BY Nyla Naseer

Over the past couple of years, graduates have been steaming into good jobs at a healthy pace; a welcome change from the bleak prospects that graduates faced during the recession. Recent starting salaries are quoted as being in the order of £28K (according to the Association of Graduate Recruiters, which surveys the top 100 graduate recruiters)—not to be sniffed at. Yet, behind this rosy statistic lies a picture of stark inequality in three respects.

Firstly, ethnic minority graduates in general are less likely to be in full-time employment than white graduates six months after graduating. If they do find work, it is more likely to be lower paid and possible not really a ‘graduate’ job.  The Institute for Social and Economic Research at the University of Essex for the Observer found that British ethnic minority graduates are between 5 percent and 15 percent less likely to be employed than their white British class-fellows. Pakistani and Bangladeshi graduates were particularly disadvantaged. According to ‘Race into Work’ (Business in the Community) Bangladeshi students were also more likely to end up in lower-paid and part-time work straight after university—which makes progress up the career ladder difficult.

Significant numbers of graduates are now overqualified for their jobs; with many graduates accepting jobs in call centres or coffee shops rather than be unemployed. According to the Office for National Statistics one in six people fit the ‘overqualified’ description. Whilst this affects graduates across the board, it is often graduates from ethnic minority backgrounds, who may be less able to work in new locations, who are at the sharp end. This means that not only are large numbers of BME graduates leaving university in considerable debt, they are also subject to the misery of feeling misled about the value of the degree for which they worked so hard.

Secondly, ethnic minority graduates in work earn significantly less than white graduates with the same qualifications, with the TUC saying that the pay gap between ethnic minorities and white people with the same qualifications actually greater for people with degrees compared to those with just ‘A’ Levels. The Observer study found that things are worse for ethnic minority female graduates. What’s more things get worse over time. Immediately after graduation the gap is 7-10 percent; three-and-a-half years after graduation, most categories of ethnic minority women graduates will earn 12 percent to 15 percent less than white British graduates.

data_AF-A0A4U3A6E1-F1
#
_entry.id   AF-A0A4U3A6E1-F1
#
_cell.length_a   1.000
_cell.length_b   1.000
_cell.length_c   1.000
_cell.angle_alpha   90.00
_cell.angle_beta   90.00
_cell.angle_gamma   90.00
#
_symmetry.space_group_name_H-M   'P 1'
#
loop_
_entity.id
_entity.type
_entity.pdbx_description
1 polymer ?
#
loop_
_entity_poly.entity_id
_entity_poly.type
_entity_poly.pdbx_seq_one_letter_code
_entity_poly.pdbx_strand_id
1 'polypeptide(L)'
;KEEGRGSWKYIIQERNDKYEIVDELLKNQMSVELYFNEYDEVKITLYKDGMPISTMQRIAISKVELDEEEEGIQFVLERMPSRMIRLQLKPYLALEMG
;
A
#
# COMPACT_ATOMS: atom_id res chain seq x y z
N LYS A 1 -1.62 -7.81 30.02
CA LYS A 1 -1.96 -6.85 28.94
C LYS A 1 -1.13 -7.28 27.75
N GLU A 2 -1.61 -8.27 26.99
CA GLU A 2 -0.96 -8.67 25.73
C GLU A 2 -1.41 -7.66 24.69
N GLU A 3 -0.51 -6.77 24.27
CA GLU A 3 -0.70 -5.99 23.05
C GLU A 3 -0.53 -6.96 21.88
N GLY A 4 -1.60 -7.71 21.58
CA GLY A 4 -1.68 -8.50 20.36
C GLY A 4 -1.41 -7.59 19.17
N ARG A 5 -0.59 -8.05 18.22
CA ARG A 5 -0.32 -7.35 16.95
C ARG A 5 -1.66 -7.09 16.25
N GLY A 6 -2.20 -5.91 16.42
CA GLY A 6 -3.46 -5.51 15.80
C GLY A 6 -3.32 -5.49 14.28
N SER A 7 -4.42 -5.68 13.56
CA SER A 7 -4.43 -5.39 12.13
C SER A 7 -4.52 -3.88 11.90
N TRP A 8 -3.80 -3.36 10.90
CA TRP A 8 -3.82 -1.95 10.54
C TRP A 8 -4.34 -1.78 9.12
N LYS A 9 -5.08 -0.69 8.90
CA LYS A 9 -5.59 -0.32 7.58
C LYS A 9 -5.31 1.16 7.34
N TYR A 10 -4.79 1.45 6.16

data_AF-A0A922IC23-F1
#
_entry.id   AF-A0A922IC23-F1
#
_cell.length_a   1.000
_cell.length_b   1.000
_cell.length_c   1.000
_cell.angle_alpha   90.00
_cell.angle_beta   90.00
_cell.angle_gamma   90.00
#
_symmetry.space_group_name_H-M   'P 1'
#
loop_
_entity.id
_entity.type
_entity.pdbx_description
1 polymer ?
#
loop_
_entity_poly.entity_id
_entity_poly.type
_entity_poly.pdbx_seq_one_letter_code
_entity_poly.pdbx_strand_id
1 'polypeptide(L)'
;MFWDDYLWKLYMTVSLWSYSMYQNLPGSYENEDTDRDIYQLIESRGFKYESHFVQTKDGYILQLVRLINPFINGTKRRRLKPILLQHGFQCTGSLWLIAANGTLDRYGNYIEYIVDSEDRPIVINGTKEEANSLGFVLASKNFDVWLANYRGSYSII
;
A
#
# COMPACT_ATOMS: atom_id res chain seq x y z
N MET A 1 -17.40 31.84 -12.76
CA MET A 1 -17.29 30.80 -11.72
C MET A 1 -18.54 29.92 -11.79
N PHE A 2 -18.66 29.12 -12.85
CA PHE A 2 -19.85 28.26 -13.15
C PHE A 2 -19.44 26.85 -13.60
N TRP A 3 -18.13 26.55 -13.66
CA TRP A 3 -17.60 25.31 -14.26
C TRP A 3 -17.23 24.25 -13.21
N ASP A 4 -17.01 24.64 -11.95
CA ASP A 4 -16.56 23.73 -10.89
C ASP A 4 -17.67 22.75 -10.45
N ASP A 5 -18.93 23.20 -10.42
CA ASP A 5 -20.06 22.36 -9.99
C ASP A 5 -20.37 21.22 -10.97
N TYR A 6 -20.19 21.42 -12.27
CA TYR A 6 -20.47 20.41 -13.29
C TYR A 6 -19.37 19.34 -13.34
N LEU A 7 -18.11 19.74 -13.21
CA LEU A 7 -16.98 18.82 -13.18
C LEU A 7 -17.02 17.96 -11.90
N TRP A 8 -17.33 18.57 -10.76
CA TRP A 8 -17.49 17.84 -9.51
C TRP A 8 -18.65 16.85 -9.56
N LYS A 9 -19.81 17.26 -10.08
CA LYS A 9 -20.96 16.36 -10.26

Thirdly, if you live in a disadvantaged area after your degree things are particularly bleak. The Resolution Foundation found that the employment gap between the best and worst performing regions of the UK was 11 percent, but for black, Asian and minority-ethnic (BAME) people the figure was 26 percent.

If ethnic minority graduates can’t access jobs that meet their level of ability or if they are limited to part-time, insecure and poorly-paid roles, this will have profound impact upon their lifetime earning potential. In fact, students who can’t find a job on graduation typically end up with lifetime incomes which are 20-25 percent less than graduates who are immediately employed. Ending up performing tasks under your ability is also very frustrating and soul-destroying, as any bright person will tell you.

The reasons behind the disparities are beyond the scope of this column and ultimately depend on recruitment bias, unconscious and conscious, being tackled at all levels. However, it is interesting that, in the past, the rationale for black and ethnic minority people to end up in less-good jobs included our ‘lack of qualifications’ compared to white peers. This is now not only untrue but, as these figures show, directly contrary to our current reality.

Nyla Naseer ColumnistNyla Naseer is the founder of Advance Merit, a pre-university and higher education private tutoring agency. You can follow her on: or visit: